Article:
Thursday, June 5, 2008

We Have Gynura Procumbens!



(No, we're not contagious...ha!)

We received the Gynura plants we ordered a while back. When researching herbal alternatives and supplements in conjunction with diabetes and high blood pressure, we found this is a plant used as a traditional medicine in different parts of the world.


We are unsure how to use it, though we have read the leaves are used to make a tea. They are also used to make extracts.


In the literature we've managed to find, some studies have been done comparing Gynura Procumben extract's efficacy in comparison with Glibenclamide (brand name Glyburide) in rats with Type 2 diabetes. It would seem from the results of these initial studies that Gynura Procumbens extract demonstrated a similar action to that of Glyburide in helping to lower the blood sugar for rats who had Type 2 Diabetes. In healthy animals it did not lower it and no adverse symptoms were noted in the report.


I don't put this here to suggest to anyone else to seek treatment this way, or by experimentation...in fact I am not sure yet how we will utilize these plants. But I do know we have reached a critical point in our lives where what our bodies need to help correct or even heal some of our physical conditions is something we're having to consider growing ourselves. We can not afford expensive prescriptions for years to come, and don't want to grow reliant on them. We also want to reverse these conditions, and our personal hope is that with the right combination of care, we can see them disappear altogether.


You can't go around randomly nibbling this and making tea out of that, if you have no idea what effects different plant parts will have medicinally on your body. There are such things as sensitivities, allergies, and toxic plants. Natural medicines are often in the form of teas and often require a gentle and steady consumption, without the "instant fix" of pharmaceuticals. Many of these herbals are naturally much easier on the body, too.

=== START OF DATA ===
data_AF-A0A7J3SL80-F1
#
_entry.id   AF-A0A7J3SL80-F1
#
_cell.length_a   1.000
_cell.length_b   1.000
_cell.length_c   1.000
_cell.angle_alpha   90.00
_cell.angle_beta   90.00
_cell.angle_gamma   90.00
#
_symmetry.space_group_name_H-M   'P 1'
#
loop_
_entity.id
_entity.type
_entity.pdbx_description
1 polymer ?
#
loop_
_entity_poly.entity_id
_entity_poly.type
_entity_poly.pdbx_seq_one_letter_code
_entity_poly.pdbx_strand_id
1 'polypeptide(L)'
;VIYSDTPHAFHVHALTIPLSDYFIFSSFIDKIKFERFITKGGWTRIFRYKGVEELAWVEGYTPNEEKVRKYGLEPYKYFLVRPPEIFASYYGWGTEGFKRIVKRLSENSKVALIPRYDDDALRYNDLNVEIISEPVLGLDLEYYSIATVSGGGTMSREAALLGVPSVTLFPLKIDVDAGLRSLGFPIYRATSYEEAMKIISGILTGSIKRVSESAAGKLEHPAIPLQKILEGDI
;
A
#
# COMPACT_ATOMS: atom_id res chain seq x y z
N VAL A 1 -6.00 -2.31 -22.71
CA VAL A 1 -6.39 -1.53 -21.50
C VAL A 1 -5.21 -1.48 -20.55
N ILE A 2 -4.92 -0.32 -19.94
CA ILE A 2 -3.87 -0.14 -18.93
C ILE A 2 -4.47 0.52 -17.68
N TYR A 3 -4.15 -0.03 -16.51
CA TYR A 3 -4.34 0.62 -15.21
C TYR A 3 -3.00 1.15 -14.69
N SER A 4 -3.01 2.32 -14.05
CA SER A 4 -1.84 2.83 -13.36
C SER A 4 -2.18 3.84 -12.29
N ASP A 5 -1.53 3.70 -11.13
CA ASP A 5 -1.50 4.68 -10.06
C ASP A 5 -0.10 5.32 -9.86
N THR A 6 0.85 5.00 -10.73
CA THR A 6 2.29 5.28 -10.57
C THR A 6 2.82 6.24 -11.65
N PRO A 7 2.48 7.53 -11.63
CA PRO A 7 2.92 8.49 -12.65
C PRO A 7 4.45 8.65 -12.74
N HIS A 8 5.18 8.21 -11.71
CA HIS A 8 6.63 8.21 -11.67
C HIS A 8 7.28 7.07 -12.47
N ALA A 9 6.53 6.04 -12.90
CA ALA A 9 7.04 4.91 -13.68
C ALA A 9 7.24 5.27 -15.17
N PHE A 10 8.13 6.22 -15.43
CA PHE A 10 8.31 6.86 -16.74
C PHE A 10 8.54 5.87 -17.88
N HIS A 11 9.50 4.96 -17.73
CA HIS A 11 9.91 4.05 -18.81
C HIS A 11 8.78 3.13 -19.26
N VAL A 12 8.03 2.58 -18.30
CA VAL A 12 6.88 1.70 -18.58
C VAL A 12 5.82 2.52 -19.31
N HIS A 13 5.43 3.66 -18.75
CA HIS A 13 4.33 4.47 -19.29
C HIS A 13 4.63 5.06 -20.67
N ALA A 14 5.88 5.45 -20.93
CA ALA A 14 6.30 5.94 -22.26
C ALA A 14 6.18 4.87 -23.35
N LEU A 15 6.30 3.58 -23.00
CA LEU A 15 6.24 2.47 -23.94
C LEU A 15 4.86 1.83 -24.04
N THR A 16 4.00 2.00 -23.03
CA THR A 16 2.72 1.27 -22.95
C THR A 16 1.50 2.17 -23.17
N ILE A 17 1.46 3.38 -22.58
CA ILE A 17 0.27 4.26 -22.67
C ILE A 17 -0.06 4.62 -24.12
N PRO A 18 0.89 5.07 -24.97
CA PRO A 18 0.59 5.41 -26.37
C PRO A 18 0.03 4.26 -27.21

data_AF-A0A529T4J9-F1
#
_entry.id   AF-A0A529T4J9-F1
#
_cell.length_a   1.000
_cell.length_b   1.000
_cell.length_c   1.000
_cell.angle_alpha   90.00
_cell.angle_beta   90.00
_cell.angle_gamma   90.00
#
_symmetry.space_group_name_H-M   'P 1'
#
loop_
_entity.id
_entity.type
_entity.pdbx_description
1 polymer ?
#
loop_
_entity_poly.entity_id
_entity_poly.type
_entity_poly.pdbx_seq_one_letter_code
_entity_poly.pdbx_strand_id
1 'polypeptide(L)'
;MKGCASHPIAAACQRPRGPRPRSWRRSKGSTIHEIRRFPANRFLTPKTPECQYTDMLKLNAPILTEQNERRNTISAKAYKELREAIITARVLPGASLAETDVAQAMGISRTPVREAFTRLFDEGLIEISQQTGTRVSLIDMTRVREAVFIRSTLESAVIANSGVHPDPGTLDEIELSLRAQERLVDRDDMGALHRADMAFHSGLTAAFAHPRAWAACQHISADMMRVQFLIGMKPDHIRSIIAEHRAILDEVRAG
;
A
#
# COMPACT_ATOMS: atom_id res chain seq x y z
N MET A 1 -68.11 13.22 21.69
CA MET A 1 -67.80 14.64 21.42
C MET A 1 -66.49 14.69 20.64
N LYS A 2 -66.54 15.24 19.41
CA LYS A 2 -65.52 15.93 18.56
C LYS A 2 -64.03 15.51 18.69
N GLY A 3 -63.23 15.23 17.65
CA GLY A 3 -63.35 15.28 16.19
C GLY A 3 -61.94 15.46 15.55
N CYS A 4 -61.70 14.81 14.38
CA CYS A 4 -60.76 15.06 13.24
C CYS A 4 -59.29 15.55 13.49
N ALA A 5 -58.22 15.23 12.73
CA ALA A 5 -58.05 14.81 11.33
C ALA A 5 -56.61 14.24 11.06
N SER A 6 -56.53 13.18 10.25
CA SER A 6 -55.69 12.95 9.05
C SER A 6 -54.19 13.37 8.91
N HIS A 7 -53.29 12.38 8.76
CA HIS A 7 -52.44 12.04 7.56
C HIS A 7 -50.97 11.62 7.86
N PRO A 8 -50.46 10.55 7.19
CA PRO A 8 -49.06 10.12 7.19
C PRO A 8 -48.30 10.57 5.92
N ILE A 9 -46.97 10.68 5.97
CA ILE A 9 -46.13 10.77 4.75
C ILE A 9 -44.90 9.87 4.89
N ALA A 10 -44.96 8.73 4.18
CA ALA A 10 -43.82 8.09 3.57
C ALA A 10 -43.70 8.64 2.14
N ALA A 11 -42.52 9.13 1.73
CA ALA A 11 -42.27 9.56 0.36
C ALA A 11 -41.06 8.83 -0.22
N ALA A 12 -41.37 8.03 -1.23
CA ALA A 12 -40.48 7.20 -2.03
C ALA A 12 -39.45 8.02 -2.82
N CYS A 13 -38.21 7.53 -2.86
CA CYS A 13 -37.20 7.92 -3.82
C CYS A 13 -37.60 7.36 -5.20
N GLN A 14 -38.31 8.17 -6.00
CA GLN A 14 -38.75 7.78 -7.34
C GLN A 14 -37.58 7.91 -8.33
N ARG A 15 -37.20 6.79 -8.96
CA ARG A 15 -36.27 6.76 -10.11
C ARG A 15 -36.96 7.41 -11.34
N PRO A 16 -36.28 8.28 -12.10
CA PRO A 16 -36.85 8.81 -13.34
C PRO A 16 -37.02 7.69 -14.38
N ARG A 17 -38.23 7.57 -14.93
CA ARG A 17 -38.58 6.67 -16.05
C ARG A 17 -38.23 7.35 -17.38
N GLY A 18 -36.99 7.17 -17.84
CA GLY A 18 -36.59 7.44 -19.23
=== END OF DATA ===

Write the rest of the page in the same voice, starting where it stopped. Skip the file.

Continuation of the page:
A note of caution is to please not try something simply because we are. There, I said it :)


That said, we are excited to find this plant. We had to look very hard to find a grower who could ship us a live plant. Now we have 4!


I am SO happy that we have the basis for some future remedy to support controlling or even remedying adult Type 2 diabetes. If we ultimately find a way we consider safe and effective to utilize the Gynura Procumbens, we'll be delighted! The 4 Gynura are the plants shown in the middle of the photo.



As you can see, the Gynura plants came with two little friends...one's a Russian comfrey, and the other is the spicy and fragrant middle-eastern herb Zaatar (not to be confused with the spice mix also called Za'atar).

Looks like Bucketville is growing...

I'll post more about what we're hoping to accomplish with some of the things we're growing for medicinal purposes. As with the many other areas of our experimentation, some of this is new territory for us, and a bit of it is familiar. I never cease to be amazed at what's before our very eyes along the roadsides, in the backyard, in the woods...the growing things we overlook and have lost our memory of in relation to their benefits to our health and our gardens. SO much traditional wisdom has been discarded in the past few generations! It is such a rewarding search to find places in which their memory has not grown dim, and to embrace their "re-discovery."